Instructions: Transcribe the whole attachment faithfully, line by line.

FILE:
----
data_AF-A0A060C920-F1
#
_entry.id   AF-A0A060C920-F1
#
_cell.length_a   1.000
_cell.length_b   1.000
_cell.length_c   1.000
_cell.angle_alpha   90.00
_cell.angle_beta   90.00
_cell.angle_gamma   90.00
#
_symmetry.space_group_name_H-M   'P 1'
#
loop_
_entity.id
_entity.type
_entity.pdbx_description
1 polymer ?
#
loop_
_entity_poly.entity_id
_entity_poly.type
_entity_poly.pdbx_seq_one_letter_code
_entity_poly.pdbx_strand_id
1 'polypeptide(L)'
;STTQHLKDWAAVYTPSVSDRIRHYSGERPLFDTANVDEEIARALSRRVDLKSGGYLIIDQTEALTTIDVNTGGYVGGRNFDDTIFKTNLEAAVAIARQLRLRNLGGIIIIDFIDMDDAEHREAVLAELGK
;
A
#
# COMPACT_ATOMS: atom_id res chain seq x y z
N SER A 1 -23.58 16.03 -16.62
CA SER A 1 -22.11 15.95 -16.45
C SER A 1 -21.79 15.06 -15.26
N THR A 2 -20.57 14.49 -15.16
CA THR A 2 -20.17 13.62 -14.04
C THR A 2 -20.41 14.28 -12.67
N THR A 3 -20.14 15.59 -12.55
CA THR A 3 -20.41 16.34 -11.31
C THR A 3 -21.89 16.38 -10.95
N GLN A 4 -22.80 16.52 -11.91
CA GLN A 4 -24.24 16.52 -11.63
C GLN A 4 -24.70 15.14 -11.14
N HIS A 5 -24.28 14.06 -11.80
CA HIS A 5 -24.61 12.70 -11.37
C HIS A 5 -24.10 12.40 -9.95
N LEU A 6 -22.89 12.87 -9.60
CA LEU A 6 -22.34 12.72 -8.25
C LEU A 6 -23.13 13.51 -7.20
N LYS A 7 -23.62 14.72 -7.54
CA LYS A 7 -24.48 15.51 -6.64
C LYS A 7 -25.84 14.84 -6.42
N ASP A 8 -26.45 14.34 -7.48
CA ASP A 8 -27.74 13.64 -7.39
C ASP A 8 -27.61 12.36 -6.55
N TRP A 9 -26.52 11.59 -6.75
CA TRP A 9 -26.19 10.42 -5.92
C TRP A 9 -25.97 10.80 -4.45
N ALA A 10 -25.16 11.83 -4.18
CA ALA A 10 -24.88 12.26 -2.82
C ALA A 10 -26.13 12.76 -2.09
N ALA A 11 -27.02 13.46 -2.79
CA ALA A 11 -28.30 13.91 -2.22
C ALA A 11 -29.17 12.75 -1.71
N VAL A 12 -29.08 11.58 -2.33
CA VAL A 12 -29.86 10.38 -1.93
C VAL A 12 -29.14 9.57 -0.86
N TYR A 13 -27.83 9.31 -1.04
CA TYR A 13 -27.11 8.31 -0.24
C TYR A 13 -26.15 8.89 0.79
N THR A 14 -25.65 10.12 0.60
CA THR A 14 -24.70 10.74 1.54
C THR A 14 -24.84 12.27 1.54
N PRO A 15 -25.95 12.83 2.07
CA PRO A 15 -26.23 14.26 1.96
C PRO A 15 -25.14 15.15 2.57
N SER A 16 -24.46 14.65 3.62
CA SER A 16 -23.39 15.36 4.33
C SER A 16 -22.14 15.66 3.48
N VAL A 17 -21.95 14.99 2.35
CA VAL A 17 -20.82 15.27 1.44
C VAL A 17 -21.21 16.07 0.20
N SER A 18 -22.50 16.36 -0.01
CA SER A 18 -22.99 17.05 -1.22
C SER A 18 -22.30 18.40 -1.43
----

data_AF-A0A060C920-F1
#
_entry.id   AF-A0A060C920-F1
#
_cell.length_a   1.000
_cell.length_b   1.000
_cell.length_c   1.000
_cell.angle_alpha   90.00
_cell.angle_beta   90.00
_cell.angle_gamma   90.00
#
_symmetry.space_group_name_H-M   'P 1'
#
loop_
_entity.id
_entity.type
_entity.pdbx_description
1 polymer ?
#
loop_
_entity_poly.entity_id
_entity_poly.type
_entity_poly.pdbx_seq_one_letter_code
_entity_poly.pdbx_strand_id
1 'polypeptide(L)'
;STTQHLKDWAAVYTPSVSDRIRHYSGERPLFDTANVDEEIARALSRRVDLKSGGYLIIDQTEALTTIDVNTGGYVGGRNFDDTIFKTNLEAAVAIARQLRLRNLGGIIIIDFIDMDDAEHREAVLAELGK
;
A
#
# COMPACT_ATOMS: atom_id res chain seq x y z
N SER A 1 -23.58 16.03 -16.62
CA SER A 1 -22.11 15.95 -16.45
C SER A 1 -21.79 15.06 -15.26
N THR A 2 -20.57 14.49 -15.16
CA THR A 2 -20.17 13.62 -14.04
C THR A 2 -20.41 14.28 -12.67
N THR A 3 -20.14 15.59 -12.55
CA THR A 3 -20.41 16.34 -11.31
C THR A 3 -21.89 16.38 -10.95
N GLN A 4 -22.80 16.52 -11.91
CA GLN A 4 -24.24 16.52 -11.63
C GLN A 4 -24.70 15.14 -11.14
N HIS A 5 -24.28 14.06 -11.80
CA HIS A 5 -24.61 12.70 -11.37
C HIS A 5 -24.10 12.40 -9.95
N LEU A 6 -22.89 12.87 -9.60
CA LEU A 6 -22.34 12.72 -8.25
C LEU A 6 -23.13 13.51 -7.20
N LYS A 7 -23.62 14.72 -7.54
CA LYS A 7 -24.48 15.51 -6.64
C LYS A 7 -25.84 14.84 -6.42
N ASP A 8 -26.45 14.34 -7.48
CA ASP A 8 -27.74 13.64 -7.39
C ASP A 8 -27.61 12.36 -6.55
N TRP A 9 -26.52 11.59 -6.75
CA TRP A 9 -26.19 10.42 -5.92
C TRP A 9 -25.97 10.80 -4.45
N ALA A 10 -25.16 11.83 -4.18
CA ALA A 10 -24.88 12.26 -2.82
C ALA A 10 -26.13 12.76 -2.09
N ALA A 11 -27.02 13.46 -2.79
CA ALA A 11 -28.30 13.91 -2.22
C ALA A 11 -29.17 12.75 -1.71
N VAL A 12 -29.08 11.58 -2.33
CA VAL A 12 -29.86 10.38 -1.93
C VAL A 12 -29.14 9.57 -0.86
N TYR A 13 -27.83 9.31 -1.04
CA TYR A 13 -27.11 8.31 -0.24
C TYR A 13 -26.15 8.89 0.79
N THR A 14 -25.65 10.12 0.60
CA THR A 14 -24.70 10.74 1.54
C THR A 14 -24.84 12.27 1.54
N PRO A 15 -25.95 12.83 2.07
CA PRO A 15 -26.23 14.26 1.96
C PRO A 15 -25.14 15.15 2.57
N SER A 16 -24.46 14.65 3.62
CA SER A 16 -23.39 15.36 4.33
C SER A 16 -22.14 15.66 3.48
N VAL A 17 -21.95 14.99 2.35
CA VAL A 17 -20.82 15.27 1.44
C VAL A 17 -21.21 16.07 0.20
N SER A 18 -22.50 16.36 -0.01
CA SER A 18 -22.99 17.05 -1.22
C SER A 18 -22.30 18.40 -1.43